Hennie's a real character, and a mainstay of the town since she came out seventy years before to marry Jake Comfort, sight unseen. Hennie's lifelong passion has been quilting, and just as she stitches quilts throughout the book, her own story unravels for Nit as she shares it with the lonely young woman. Hennie's figured out quite a bit about people in her long life, but she's still got a few things left to tend to before she leaves her home, and the friendship she develops with the much younger woman is the basis for the flashbacks into Hennie's life. The bond created between the two women is strong; centered around children both have lost, they find they can share each other's burdens over a quilting frame. Hennie doesn't actually offer prayers for sale, however; her prayers are frequent and fervent and she intervenes when necessary.

This is such a delightful tale with such strong, well-written characters that I hated to see it end. I could easily picture Hennie's dry sense of humor and her good will in trying to bring Nit into the town's social circle.
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35 of 37 people found the following review helpful By Sherri Caldwell - The Rebel Housewife(tm) on August 27, 2009
Format: Hardcover
Comfort fiction, that's what I'd have to call it, so appropriate since the main character is named Hennie Comfort (formerly Ila Mae Stubbs Lloyd, but there's lots of name changing in this book!).

PRAYERS FOR SALE is not chick lit, romance, mystery (although there are a couple of foreshadowings and improbable surprises), definitely not action/adventure: Historical fiction, engaging and comforting, like homemade mac n' cheese or chicken pot pie. PRAYERS FOR SALE reminds me of a more adult version of Little House on the Prairie; although the story ends in 1936, during the Great Depression, it begins in 1864 and includes wagon trains, hardship, log cabins and subsistence living in a remote gold mining camp high in the mountains of Colorado.

Hennie Comfort is 86 years old and facing tough decisions about her life in Middle Swan, Colorado. Her adult daughter wants Hennie to come down off the mountain and live comfortably with her in Iowa. Mae wants to take care of her aging mother and to know that she is safe:

"Mae was right, Hennie admitted to herself. If she fell, the snow would cover her up, and nobody would know where she was until she melted out in the spring."

But Hennie has lived in Middle Swan for 70 years, since she came to the camp from White Pigeon, Tennessee, essentially a mail-order bride (heck of a blind date!) at the age of 16, after the loss of her young husband and baby daughter during the last days of the Civil War. (She married for love the first time at age 14 and was a widow and bereft young mother at 15.) Hennie doesn't want to leave her mountain life or her memories and stories.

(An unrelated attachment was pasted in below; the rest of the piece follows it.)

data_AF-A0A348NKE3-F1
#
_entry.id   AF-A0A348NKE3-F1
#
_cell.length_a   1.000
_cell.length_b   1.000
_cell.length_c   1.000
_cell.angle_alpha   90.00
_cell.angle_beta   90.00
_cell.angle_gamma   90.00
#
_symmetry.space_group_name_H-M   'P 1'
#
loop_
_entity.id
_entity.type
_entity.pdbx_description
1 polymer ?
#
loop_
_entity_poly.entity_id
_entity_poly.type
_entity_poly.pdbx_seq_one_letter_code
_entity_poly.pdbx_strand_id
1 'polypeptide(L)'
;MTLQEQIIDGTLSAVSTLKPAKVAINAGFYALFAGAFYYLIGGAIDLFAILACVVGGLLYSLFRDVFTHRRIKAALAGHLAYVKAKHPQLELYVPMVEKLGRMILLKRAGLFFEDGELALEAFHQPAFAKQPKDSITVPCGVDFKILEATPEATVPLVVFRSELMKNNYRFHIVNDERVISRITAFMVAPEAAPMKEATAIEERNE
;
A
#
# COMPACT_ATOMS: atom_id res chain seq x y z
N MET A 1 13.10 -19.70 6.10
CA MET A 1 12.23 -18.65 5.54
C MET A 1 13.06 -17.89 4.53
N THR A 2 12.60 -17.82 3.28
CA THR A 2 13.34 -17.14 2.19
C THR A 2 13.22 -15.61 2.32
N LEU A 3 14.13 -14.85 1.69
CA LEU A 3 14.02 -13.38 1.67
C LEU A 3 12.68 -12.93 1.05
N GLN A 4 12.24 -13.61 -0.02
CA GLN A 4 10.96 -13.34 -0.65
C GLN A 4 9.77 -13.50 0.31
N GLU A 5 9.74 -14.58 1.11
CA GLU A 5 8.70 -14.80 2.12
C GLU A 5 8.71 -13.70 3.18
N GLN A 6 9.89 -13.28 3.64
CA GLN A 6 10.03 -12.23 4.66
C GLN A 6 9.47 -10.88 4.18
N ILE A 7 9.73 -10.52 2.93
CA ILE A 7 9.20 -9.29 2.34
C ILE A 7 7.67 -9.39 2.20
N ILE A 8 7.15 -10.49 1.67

A small sign on her fence, long-forgotten, brings 17-year-old Nit Spindle to Hennie's door: Prayers For Sale.
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25 of 26 people found the following review helpful By PT Cruiser TOP 50 REVIEWERVINE VOICE on April 2, 2009
Format: Hardcover Vine Customer Review of Free Product ( What's this? )
This is one of those "comfortable books" a book that draws you in, encourages you to sit a spell and totally immerse yourself in the story. The characters in this small mountain town in Colorado, Hennie, Nit, Dick, Tom, Monalisa and others are introduced by Sandra Dallas in a way that makes you feel that you could live right next door. This little mining town is bitterly cold more than half the year, and the dredge mining has taken it's toll, but the characters are warm and complex.

The novel takes place in 1936 during the Depression and is in the folksy local language of that time. The way she writes makes you just want to snuggle in and become part of this town and era, learning about the characters and their secrets. Most of this is done through Hennie, age 86 and her stories that she tells to Nit, a 17 year old young wife who has recently moved to the town with her husband for a job. The area can be unforgiving with it's cold winters, constant noise of the dredges and it's tight knit community, but Hennie takes an instant liking to Nit and feels protective toward her.

I hated to see this book end. It was a different sort of book than those I usually read, but I will look for Sandra Dallas's other books after reading this one.
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13 of 14 people found the following review helpful By Angela Markwalter on March 12, 2009
Format: Hardcover Vine Customer Review of Free Product ( What's this? )
I find it amazing that a book written about the gritty hardships endured by those who chose to follow the gold can be so uplifting and witty. Sandra Dallas wrote about a bleak and depressing subject in such a way that the reader comes away better for the reading of it. We are talking about pain and loss such as we in this modern age very rarely (thankfully) experience. And her characters survive and keep going, in spite of their pain. The primary character, Hennie Comfort, may be 86; but, she is filled with more life than many of my contemporaries. Read this book. It is good for your soul.